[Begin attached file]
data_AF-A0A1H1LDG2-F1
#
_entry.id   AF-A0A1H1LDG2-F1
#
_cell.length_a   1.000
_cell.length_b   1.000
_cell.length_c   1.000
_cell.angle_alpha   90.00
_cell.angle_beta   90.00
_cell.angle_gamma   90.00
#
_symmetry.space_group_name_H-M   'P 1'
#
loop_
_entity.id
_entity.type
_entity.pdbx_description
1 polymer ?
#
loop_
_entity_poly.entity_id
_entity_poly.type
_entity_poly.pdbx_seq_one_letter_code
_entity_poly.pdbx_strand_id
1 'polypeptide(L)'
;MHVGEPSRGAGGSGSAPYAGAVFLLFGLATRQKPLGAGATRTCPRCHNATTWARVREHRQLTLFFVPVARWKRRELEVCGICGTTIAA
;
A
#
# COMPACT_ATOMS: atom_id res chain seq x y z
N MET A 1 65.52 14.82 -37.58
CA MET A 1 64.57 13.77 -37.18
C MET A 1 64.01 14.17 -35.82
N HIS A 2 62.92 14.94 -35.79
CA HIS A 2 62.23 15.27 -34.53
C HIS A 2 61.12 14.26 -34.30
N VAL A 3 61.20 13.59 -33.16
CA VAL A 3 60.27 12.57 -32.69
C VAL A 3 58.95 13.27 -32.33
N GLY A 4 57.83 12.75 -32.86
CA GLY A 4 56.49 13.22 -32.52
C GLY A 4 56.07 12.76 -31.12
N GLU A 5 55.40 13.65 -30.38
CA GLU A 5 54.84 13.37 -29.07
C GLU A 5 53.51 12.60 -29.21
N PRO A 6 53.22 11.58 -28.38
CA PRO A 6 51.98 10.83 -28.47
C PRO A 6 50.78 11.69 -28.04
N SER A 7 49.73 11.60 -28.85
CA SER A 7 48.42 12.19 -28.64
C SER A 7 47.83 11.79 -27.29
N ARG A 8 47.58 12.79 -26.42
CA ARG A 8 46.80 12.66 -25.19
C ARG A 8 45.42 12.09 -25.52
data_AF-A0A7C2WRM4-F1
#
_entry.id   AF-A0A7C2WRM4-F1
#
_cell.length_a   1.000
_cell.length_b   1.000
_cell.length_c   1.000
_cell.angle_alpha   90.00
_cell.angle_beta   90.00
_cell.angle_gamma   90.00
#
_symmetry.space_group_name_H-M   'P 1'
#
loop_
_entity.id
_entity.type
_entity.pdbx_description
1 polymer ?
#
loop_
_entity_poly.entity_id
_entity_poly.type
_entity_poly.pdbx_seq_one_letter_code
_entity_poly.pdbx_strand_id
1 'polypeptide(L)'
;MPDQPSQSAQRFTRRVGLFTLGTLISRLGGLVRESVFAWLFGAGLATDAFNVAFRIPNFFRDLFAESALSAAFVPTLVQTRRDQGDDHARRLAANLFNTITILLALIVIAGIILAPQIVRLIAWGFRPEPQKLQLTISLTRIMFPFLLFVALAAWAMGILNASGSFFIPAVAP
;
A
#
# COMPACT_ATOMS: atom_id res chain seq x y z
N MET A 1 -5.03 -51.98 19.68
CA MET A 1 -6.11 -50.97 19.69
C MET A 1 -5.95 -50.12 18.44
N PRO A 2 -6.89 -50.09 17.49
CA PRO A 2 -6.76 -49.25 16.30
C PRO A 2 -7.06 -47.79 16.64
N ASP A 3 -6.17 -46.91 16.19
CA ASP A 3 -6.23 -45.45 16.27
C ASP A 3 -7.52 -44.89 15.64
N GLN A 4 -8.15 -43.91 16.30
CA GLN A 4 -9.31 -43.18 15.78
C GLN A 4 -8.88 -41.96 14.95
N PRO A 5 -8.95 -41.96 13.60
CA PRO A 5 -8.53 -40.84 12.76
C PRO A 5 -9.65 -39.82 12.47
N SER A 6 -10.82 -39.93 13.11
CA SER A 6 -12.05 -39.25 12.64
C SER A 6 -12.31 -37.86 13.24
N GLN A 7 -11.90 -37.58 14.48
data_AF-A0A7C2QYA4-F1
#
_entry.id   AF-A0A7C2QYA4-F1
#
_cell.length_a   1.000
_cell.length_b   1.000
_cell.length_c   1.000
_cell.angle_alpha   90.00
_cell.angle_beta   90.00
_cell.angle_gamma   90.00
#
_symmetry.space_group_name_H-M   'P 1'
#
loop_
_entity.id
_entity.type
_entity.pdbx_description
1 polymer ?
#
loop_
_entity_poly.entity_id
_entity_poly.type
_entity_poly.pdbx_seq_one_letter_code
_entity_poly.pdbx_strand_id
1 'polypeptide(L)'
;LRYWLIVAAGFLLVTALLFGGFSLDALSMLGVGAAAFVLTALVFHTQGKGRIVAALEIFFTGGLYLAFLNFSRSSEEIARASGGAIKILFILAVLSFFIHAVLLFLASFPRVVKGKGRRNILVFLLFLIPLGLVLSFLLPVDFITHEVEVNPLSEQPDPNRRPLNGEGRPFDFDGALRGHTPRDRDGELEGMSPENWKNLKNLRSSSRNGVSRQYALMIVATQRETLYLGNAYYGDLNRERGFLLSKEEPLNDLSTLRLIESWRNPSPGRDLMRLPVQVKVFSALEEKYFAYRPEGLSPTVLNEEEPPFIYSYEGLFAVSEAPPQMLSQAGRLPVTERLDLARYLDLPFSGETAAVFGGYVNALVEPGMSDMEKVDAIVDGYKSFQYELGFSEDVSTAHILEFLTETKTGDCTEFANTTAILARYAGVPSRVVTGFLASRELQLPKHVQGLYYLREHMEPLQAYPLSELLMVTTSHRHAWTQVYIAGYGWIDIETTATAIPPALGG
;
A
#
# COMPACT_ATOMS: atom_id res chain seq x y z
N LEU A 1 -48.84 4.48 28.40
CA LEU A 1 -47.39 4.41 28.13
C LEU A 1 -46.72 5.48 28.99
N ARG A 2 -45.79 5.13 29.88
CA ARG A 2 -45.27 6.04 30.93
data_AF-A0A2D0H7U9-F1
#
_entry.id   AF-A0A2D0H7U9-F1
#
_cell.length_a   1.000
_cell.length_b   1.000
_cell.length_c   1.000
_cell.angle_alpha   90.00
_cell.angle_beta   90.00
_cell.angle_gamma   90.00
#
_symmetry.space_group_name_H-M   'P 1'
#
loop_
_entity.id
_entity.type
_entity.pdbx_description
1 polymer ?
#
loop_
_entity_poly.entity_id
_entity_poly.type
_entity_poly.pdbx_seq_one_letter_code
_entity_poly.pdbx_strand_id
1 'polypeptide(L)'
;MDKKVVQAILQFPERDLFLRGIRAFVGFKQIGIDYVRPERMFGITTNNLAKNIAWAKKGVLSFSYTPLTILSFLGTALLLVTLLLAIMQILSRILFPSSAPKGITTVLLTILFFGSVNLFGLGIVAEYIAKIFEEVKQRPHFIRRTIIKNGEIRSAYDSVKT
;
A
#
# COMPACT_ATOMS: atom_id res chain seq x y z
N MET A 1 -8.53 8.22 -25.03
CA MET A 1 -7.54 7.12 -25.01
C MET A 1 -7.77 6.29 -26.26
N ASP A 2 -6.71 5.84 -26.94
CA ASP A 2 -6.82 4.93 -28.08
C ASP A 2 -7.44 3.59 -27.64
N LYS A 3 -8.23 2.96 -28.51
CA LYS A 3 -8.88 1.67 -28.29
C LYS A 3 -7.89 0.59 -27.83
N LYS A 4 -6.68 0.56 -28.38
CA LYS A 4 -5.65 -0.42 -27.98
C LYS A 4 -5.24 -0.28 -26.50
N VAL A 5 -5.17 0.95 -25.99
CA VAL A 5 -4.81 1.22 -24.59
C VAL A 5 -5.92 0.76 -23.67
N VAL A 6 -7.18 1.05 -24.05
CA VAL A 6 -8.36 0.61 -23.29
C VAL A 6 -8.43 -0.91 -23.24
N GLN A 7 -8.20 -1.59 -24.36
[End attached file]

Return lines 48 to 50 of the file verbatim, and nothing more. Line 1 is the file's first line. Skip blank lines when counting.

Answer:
C PRO A 6 50.78 11.69 -28.04
N SER A 7 49.73 11.60 -28.85
CA SER A 7 48.42 12.19 -28.64